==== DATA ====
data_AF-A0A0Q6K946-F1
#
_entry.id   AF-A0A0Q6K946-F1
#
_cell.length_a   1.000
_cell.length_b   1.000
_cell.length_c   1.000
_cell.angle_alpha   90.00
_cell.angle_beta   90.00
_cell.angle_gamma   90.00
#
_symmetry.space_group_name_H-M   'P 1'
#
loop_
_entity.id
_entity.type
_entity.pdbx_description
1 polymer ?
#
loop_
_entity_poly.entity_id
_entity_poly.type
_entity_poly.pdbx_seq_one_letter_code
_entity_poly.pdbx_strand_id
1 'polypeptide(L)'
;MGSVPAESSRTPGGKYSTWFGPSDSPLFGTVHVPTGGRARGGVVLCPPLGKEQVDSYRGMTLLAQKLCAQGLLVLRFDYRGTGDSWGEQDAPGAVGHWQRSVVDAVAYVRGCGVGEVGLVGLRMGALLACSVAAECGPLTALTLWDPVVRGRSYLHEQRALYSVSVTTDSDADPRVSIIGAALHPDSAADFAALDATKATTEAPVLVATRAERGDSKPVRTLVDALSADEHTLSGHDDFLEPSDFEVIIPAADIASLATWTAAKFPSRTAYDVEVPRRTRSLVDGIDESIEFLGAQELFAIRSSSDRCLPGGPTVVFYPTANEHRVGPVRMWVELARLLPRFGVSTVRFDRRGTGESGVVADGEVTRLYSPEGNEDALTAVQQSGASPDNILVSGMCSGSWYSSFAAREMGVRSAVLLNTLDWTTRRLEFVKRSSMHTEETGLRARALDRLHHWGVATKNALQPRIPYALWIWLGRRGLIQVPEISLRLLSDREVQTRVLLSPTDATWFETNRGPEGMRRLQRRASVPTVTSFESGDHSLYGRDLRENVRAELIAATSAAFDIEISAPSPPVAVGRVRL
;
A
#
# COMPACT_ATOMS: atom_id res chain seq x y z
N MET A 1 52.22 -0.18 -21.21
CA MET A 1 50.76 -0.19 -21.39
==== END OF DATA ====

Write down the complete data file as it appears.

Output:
data_AF-A0A0Q6K946-F1
#
_entry.id   AF-A0A0Q6K946-F1
#
_cell.length_a   1.000
_cell.length_b   1.000
_cell.length_c   1.000
_cell.angle_alpha   90.00
_cell.angle_beta   90.00
_cell.angle_gamma   90.00
#
_symmetry.space_group_name_H-M   'P 1'
#
loop_
_entity.id
_entity.type
_entity.pdbx_description
1 polymer ?
#
loop_
_entity_poly.entity_id
_entity_poly.type
_entity_poly.pdbx_seq_one_letter_code
_entity_poly.pdbx_strand_id
1 'polypeptide(L)'
;MGSVPAESSRTPGGKYSTWFGPSDSPLFGTVHVPTGGRARGGVVLCPPLGKEQVDSYRGMTLLAQKLCAQGLLVLRFDYRGTGDSWGEQDAPGAVGHWQRSVVDAVAYVRGCGVGEVGLVGLRMGALLACSVAAECGPLTALTLWDPVVRGRSYLHEQRALYSVSVTTDSDADPRVSIIGAALHPDSAADFAALDATKATTEAPVLVATRAERGDSKPVRTLVDALSADEHTLSGHDDFLEPSDFEVIIPAADIASLATWTAAKFPSRTAYDVEVPRRTRSLVDGIDESIEFLGAQELFAIRSSSDRCLPGGPTVVFYPTANEHRVGPVRMWVELARLLPRFGVSTVRFDRRGTGESGVVADGEVTRLYSPEGNEDALTAVQQSGASPDNILVSGMCSGSWYSSFAAREMGVRSAVLLNTLDWTTRRLEFVKRSSMHTEETGLRARALDRLHHWGVATKNALQPRIPYALWIWLGRRGLIQVPEISLRLLSDREVQTRVLLSPTDATWFETNRGPEGMRRLQRRASVPTVTSFESGDHSLYGRDLRENVRAELIAATSAAFDIEISAPSPPVAVGRVRL
;
A
#
# COMPACT_ATOMS: atom_id res chain seq x y z
N MET A 1 52.22 -0.18 -21.21
CA MET A 1 50.76 -0.19 -21.39